Figure 1 illustrates the fact that F(2w)>2F(w) in the balanced regime, that is, that two synchronous input spikes are more effective than two distant ones.

Although the noise distribution is Gaussian in this illustration, our framework requires no assumption about it.

**Figure 1. Membrane potential distribution with an **
**illustration of the coincidence detection effect. The output **
firing probability after two asynchronous spikes is the light
area, and the extra firing probability after two synchronous
spikes is the dark area. This extra probability is strictly
positive, showing the coincidence detection effect.

**3. Results **

**3.1 Coincidence sensitivity **

In order to quantify the coincidence detection property of neurons with in vivo-like synaptic activity, we define the coincidence sensitivity 𝑆 𝑤 as the extra probability for a neuron to fire a spike in response to two synchronous input spikes compared to two distant spikes. This quantity also depends on the distribution of the background noise. In our theoretical approach, we assume that noise fluctuations are slow, which implies that 𝑆 𝑤 = 𝐹 2𝑤 − 2𝐹 𝑤 . We found numerically that this simple formula is still valid for faster fluctuations. It follows that two synchronous spikes can be several times more efficient in making the postsynaptic neuron fire than two asynchronous spikes.

Figure 2 shows the coincidence sensitivity as a function of 𝑤 and 𝜎 (standard deviation of the background noise N(t)), for both the theory and numerical simulations

obtained with a leaky integrate-and-fire model and an Ornstein-Uhlenbeck background noise.

**3.2 Distributed synchrony **

We applied these results to estimate the output firing rate of a neuron driven by many excitatory and inhibitory synaptic inputs among which a very small fraction is synchronous. In Figure 3, synchrony events occur at a rate of 0 to 40 Hz. Each event consists in the synchronous firing of up to 40 excitatory input neurons (among 4,000). The synaptic weights are chosen so that the neuron is in the balanced regime. It appears that the neuron response is very sensitive to synchrony, even when the input firing rates are fixed: the output firing rate can be about five times higher than when there is no synchrony. This result holds as long as the timescale of correlations is smaller than the integration time constant.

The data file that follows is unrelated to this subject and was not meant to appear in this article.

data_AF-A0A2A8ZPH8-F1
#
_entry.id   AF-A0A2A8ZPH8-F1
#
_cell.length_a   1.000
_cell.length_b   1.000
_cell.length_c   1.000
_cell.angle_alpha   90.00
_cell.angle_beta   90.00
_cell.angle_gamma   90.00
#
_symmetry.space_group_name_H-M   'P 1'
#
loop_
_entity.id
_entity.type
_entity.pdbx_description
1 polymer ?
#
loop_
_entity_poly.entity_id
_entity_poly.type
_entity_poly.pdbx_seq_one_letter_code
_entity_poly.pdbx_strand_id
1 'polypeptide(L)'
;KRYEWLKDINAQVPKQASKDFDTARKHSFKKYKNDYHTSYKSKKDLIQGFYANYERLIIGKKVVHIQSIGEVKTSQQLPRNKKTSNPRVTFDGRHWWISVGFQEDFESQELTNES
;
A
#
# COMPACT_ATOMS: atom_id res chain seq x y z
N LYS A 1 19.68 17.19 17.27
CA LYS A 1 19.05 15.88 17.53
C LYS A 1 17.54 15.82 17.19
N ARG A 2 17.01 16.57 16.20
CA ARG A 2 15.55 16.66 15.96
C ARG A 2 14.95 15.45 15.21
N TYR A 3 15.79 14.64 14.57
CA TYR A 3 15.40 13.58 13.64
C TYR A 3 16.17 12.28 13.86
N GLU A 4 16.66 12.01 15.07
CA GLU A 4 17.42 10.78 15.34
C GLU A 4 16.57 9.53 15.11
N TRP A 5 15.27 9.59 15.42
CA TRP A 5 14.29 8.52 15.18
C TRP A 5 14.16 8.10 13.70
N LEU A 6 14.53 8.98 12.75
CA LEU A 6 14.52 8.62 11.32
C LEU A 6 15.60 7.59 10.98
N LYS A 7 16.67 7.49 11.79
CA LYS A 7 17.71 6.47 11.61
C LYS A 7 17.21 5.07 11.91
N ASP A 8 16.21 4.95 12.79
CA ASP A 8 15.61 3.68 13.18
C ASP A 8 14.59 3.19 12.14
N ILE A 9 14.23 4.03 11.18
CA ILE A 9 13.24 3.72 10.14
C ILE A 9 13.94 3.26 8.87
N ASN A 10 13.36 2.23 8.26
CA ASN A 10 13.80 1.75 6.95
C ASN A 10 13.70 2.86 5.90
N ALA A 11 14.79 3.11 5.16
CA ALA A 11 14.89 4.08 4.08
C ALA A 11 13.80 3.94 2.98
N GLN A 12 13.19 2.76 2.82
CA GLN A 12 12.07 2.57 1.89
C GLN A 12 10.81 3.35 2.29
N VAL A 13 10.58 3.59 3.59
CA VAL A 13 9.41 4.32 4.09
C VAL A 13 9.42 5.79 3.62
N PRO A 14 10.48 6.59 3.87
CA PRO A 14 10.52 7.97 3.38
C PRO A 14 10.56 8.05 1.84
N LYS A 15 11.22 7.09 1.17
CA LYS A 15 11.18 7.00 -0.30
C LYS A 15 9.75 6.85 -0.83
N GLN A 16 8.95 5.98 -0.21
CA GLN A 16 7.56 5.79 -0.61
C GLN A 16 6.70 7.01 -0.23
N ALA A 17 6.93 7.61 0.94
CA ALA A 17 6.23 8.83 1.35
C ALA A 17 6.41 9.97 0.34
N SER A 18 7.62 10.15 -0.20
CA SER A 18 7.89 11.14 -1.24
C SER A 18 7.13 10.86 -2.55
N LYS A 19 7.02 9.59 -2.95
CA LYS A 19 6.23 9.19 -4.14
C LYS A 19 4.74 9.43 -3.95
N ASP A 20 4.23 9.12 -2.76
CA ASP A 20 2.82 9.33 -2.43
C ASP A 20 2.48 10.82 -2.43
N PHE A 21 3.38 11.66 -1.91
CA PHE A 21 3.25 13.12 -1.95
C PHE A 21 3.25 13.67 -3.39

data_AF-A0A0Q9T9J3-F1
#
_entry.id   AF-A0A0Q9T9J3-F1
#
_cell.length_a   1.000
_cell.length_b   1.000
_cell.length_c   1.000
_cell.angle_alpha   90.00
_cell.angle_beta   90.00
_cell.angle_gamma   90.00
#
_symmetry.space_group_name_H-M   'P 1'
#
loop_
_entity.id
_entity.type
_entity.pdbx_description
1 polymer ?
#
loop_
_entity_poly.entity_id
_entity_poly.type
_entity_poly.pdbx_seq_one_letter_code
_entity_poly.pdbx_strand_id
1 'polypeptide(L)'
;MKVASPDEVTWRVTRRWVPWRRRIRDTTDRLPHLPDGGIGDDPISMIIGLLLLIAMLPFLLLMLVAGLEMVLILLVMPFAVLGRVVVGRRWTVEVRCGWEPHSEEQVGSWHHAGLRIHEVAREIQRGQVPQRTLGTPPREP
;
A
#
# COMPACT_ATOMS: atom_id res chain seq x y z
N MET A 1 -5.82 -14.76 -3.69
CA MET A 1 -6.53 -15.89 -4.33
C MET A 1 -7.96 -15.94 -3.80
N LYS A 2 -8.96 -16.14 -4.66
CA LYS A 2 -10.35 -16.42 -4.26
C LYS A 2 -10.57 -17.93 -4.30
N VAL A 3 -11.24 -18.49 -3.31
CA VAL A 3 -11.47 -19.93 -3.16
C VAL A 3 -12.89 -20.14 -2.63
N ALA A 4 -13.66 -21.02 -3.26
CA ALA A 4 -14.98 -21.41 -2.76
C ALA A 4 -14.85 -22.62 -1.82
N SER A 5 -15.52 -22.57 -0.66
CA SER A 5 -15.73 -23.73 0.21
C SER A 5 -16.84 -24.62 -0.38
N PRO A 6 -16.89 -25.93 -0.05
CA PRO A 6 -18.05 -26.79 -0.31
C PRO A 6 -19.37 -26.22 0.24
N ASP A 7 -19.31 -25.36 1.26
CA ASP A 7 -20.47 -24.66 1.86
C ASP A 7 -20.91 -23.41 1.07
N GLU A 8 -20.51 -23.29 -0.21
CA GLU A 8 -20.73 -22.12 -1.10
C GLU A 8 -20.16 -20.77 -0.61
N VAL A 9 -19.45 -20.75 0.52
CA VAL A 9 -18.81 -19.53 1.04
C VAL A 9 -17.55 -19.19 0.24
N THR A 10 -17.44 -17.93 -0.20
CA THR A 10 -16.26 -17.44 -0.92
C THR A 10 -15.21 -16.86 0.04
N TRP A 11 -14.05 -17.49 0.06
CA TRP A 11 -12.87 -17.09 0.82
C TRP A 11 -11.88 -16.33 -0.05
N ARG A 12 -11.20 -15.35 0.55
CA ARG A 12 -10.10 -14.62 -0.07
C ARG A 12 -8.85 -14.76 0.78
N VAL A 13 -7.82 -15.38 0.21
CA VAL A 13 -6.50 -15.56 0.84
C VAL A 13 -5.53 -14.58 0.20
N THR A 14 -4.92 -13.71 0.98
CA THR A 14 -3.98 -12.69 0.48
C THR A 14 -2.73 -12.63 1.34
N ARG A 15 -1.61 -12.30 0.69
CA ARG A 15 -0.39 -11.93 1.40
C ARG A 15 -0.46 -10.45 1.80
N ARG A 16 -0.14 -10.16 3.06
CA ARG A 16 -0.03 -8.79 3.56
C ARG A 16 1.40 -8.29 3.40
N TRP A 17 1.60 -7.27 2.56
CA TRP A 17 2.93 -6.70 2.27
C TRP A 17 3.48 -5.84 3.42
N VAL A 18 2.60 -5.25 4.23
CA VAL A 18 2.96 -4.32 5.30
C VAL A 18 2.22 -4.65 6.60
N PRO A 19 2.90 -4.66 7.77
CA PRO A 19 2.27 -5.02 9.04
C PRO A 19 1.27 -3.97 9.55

**Figure 2. Coincidence sensitivity as a function of the standard deviation of the background noise and the size of the **
postsynaptic potentials (left: numerical simulations; right: theoretical predictions).

**Figure 3. Distributed synchrony. Output firing rate of the postsynaptic neuron as a function of the rate of synchronous events **
and the number of synchronous synapses at each synchronous event (left: numerical simulations; right: theoretical predictions).

**4. Conclusion **

Our results show that in cortical neurons, which are driven by balanced excitatory and inhibitory inputs, the relative timing of presynaptic spikes has a major impact on postsynaptic firing. The balance between excitation and inhibition is a necessary condition for the neuron to act as a coincidence detector: when excitation exceeds inhibition, the neuron acts as an integrator. Finally, our theoretical approach provides analytical formulae to quantify coincidence detection in neuron models as a function of the distribution of background activity and the shape of postsynaptic potentials.

**Acknowledgements **

This work was supported by the Ecole Normale Supérieure, CNRS and European Research Council (ERC StG 240132).

**References **

[1] WM. Usrey, JM. Alonso & RC. Reid (2000),
Synaptic interactions between thalamic inputs to simple
cells in cat visual cortex, *Journal of Neuroscience *
*20(14)*